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Mom without a capital M

Sorry Dr. Spock, there's no user manual for motherhood, says Sadiqa Peerbhoy, in her latest book



Sadiqa Peerbhoy is stunned by today's young professionals who give up their jobs to have kids — Photo: K. Bhagya Prakash

YOUNG MOTHER opens front door to find panting nine-year-old. "What?" she says, stopping him at the threshold. "Finished playing already? Go-back-go-back-go-back." She has visitors and wants him out of her hair. More crucially, she knows that if she lets him inside he'll pick up a fight with his four-year-old brother who's quite a handful. An interior décor consultant, she has no time to sort out her sons' squabbles and so she has come up with a brilliant plan: keep them apart for as long as is humanly possible. The older boy is shunted out to play when he comes back from school, and on holidays he spends most of his waking hours with the other children in the massive condominium, coming home only for meals, homework, and rest. Her strategy would invite stern disapproval from the good Dr. Spock but it works, doesn't it?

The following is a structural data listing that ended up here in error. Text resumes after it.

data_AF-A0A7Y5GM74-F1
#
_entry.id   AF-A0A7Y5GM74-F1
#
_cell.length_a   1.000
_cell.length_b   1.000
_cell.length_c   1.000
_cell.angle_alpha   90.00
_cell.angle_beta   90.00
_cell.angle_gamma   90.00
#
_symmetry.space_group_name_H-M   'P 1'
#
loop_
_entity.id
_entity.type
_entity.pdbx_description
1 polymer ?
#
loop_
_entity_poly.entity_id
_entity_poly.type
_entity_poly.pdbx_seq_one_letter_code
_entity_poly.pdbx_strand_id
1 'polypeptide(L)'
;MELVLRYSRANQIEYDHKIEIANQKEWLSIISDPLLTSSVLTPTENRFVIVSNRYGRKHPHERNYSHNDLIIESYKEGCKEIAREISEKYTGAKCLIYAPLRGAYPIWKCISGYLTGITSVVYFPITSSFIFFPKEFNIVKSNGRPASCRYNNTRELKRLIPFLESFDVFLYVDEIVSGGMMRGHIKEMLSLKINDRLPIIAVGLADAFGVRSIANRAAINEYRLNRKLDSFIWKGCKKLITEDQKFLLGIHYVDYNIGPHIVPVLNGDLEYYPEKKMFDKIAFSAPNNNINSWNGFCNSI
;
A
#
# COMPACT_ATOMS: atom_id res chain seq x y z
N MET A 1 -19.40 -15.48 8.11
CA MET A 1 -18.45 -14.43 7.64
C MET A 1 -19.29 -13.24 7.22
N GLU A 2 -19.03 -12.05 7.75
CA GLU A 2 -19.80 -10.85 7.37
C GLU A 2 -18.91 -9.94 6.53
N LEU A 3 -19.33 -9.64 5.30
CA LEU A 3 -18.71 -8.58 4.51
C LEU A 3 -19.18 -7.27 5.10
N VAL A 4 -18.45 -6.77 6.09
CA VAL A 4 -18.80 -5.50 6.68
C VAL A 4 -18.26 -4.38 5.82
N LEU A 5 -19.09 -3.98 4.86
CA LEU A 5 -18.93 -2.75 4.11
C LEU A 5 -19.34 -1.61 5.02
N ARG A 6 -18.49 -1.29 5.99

Young mother-to-be grandly announces that she will quit her demanding job, stay home, and spend all her time with her firstborn until he's old enough to look after his basic needs. She resigns, promptly gets depressed, and spends her entire pregnancy "feeling blue". The arrival of the baby should have cured it, but love doesn't conquer all, alas. Barely two months later she's lustfully eyeing all sorts of enticing job ads in the papers. Blue is her colour despite the thrills of watching her baby grow, and the only cure is for her husband to find employment in the city where her mother lives. They move when the baby is just a year old. A part-time job puts the spring back in her step.

Young woman-in-labour curses and complains, in between shooting pains, about a task that she has left undone in the office. She had her nose to the grind till the last minute, and while her mother is all a-twitter in anticipation of her first grandchild, she is toying with highly impractical ideas (even as the pangs hit her) of completing her unfinished project "once I get this over with".

Whatever happened to those Femina articles of the 1960s, providing detailed advice to the expectant mother on her "confinement" — eat right, sleep right, take leisurely walks, knit booties, stock up on maternity dresses, and get pampered while waiting for the little bundle of joy? Motherhood had by then already acquired a capital M. Magazines started celebrating this once mundane vocation so that they could sell it to a generation of home-makers who were gradually beginning to wonder whether they were born only to give birth. These were the women who, once their children turned into adults, ventured into employment or entrepreneurship on a minor scale just to fill the strange emptiness in their lives.